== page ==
China: Code Red Hits Hard : LUSENET : Grassroots Information Coordination Center (GICC) : One Thread


A deadly computer virus is sweeping through the People’s Republic of China, destroying government systems, servers and large companies’ IT systems.

Code Red is the name of the virus which was supposed to have originated in China, a fact which has always been strongly refuted by Peking. Code Red is a worm which creeps around the hard disc, destroying files.

This is the second wave of the virus, which is wreaking havoc in 20 Chinese provinces. Since 5th August, more than

-- Rachel Gibson (, August 14, 2001


This couldn't have happened to a nicer government. Maybe this will slow down their feverish military buildup.

-- Uncle Fred (, August 14, 2001.

200 large servers have been hit.

(geez, UF, willya let me get the whole thing in before you jump on it?) :))

-- Rachel Gibson (, August 14, 2001.

One thing to consider here: China's human/analytical vision of US is less favorable than the US human/analytical vision of China. Afterall, we're the ones that invented gm seeds (that now threaten the entire earth's food supply) and cell cloning (that now threaten's an apolytical backlash).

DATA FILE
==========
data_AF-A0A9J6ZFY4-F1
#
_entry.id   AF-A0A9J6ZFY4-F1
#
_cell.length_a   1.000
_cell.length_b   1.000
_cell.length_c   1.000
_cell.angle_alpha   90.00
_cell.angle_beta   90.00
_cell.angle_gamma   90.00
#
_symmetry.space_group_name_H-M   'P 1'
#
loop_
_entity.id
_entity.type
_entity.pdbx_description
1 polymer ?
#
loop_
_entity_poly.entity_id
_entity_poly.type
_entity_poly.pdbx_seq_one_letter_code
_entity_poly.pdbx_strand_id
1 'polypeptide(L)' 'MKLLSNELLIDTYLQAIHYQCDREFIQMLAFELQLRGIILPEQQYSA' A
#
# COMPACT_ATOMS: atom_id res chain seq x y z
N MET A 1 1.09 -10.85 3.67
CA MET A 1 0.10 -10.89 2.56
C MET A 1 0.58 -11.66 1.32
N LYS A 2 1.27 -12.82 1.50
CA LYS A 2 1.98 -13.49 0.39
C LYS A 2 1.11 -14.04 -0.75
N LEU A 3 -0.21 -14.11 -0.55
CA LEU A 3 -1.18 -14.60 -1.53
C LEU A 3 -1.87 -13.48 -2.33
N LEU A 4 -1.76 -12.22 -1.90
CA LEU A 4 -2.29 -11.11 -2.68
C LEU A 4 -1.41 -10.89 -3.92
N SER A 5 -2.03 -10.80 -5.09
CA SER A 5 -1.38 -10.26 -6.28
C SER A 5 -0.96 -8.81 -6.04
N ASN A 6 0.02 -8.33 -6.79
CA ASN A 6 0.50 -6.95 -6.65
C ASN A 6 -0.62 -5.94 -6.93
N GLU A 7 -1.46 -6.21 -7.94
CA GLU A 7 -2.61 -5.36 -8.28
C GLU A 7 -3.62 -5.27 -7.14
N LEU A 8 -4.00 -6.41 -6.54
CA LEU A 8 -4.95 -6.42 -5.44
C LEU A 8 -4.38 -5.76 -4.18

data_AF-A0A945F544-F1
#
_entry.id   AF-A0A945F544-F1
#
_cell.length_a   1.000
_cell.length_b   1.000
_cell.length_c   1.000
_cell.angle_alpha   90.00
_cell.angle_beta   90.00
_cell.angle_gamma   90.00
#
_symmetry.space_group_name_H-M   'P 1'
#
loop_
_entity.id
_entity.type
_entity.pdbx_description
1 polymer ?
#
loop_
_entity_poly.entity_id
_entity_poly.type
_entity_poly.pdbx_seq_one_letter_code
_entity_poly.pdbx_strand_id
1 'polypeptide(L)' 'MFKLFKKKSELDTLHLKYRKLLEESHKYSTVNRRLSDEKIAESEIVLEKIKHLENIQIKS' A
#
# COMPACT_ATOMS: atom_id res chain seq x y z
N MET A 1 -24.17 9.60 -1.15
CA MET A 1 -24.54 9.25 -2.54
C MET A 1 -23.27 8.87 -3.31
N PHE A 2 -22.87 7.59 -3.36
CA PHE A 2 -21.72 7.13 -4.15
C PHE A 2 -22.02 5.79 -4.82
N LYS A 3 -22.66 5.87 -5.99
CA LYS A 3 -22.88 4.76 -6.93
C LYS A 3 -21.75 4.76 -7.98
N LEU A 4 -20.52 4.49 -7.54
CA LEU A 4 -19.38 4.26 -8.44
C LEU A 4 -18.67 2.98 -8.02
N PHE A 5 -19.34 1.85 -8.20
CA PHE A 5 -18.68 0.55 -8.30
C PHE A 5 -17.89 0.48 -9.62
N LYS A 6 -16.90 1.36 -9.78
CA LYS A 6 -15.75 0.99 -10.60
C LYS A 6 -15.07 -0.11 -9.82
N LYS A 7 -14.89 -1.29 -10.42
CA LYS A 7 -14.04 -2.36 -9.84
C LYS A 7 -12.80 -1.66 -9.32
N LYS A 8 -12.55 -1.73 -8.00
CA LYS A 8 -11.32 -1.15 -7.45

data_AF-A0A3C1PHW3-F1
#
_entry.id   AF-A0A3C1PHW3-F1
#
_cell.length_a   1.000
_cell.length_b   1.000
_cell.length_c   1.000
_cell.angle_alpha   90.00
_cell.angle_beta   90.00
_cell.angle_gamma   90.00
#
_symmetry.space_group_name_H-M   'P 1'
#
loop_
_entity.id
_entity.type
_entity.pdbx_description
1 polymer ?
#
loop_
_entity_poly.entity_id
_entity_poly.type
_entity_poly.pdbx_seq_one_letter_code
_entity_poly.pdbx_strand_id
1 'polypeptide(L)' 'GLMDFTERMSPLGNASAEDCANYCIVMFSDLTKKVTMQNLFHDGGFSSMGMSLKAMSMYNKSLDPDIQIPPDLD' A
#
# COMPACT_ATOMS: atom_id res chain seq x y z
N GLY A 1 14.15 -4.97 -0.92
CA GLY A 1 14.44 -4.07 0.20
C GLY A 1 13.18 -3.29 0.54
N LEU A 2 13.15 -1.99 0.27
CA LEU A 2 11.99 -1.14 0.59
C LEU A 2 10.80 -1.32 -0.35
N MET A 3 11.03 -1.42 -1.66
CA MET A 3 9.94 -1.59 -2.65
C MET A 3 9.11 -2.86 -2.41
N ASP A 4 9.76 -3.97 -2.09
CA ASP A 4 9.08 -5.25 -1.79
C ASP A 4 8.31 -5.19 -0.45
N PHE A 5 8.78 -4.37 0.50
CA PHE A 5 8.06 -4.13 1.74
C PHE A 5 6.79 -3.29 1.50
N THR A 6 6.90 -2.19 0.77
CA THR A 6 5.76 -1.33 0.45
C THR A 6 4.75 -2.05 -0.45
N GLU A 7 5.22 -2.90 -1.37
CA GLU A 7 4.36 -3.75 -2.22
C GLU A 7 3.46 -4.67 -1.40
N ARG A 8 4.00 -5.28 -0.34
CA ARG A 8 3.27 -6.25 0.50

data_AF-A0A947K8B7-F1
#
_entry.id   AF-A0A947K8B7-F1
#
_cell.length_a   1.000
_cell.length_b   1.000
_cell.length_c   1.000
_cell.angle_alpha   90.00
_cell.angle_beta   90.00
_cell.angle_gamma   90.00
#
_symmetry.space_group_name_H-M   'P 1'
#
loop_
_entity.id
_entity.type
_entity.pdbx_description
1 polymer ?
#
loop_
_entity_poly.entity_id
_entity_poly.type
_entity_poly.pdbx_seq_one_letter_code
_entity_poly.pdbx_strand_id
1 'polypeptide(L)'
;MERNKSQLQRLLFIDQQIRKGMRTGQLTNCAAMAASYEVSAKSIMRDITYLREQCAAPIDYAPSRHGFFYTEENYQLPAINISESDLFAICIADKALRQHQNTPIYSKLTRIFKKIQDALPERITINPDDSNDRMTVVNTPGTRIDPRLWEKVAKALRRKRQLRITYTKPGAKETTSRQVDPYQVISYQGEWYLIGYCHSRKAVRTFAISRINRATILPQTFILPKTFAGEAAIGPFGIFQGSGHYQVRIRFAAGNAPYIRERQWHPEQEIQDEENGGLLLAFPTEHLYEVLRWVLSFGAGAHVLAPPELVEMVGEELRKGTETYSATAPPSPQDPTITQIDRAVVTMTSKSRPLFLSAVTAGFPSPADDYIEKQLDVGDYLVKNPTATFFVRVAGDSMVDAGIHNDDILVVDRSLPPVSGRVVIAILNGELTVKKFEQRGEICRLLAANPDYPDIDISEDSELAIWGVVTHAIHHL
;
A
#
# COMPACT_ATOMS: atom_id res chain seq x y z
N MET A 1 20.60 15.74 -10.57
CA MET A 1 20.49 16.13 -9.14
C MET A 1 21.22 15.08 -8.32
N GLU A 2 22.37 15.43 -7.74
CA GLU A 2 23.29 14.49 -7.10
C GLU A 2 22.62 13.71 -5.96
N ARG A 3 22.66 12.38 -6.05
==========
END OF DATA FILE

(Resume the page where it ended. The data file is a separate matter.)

Think. Consider that we(humanity) are(is) being set up.

-- Ken (, August 14, 2001.

Wednesday 15th August 2001 12:40pm Code Red II hits Hong Kong government But can the sequel ever be as popular as the original?

The Code Red II variant worm has infected the Hong Kong government's computer system, causing the shut down of its internal IP network.

Government engineers are fighting to have the system up by the end of the day.

A spokeswoman from the information technology services department told Reuters: "The first signs of infection appeared shortly after 18:00 local time on Monday and access to the intranet was suspended soon afterwards."

Every wonder that maybe the IT industry is obsessed with whipping-up hysteria? View the video debatehere. The Code Red II version makes use of a vulnerability in Microsoft's IIS web server running Windows 2000 and NT and slows down systems as it propagates itself, just like its predecessor. However, version II also leaves a back door in the systems it invades, exposing them to further hack attacks. Even though Microsoft has a patch freely available for the IIS vulnerability, Code Red has managed to infect systems across the world.

Earlier this month at least 200 servers were downed in Japan and around 180 servers were infected by the variant in China. Only days later servers in South Korea were hit a Code Red vIII. However, the numbers involved in all these cases were minimal compared to the effects of the original. REQUNIQ=997896766&30REQEVENT=&REQINT1=46555&REQINT2=1&REQSTR1=Text% 20News&REQSTR2=Code%20Red%20II%20hits%20Hong%20Kong% 20government&REQSTR3=%7c&REQAUTH=21046&14006REQSUB=

-- Martin Thompson (, August 15, 2001.

Code Red hit closer to home than usual for me: one of its versions wiped-out the hard drive on the home computer of a friend (his daughter opened an attachment), and the fix cost him over $1,000. Yikes!!

-- Rachel Gibson (, August 15, 2001.

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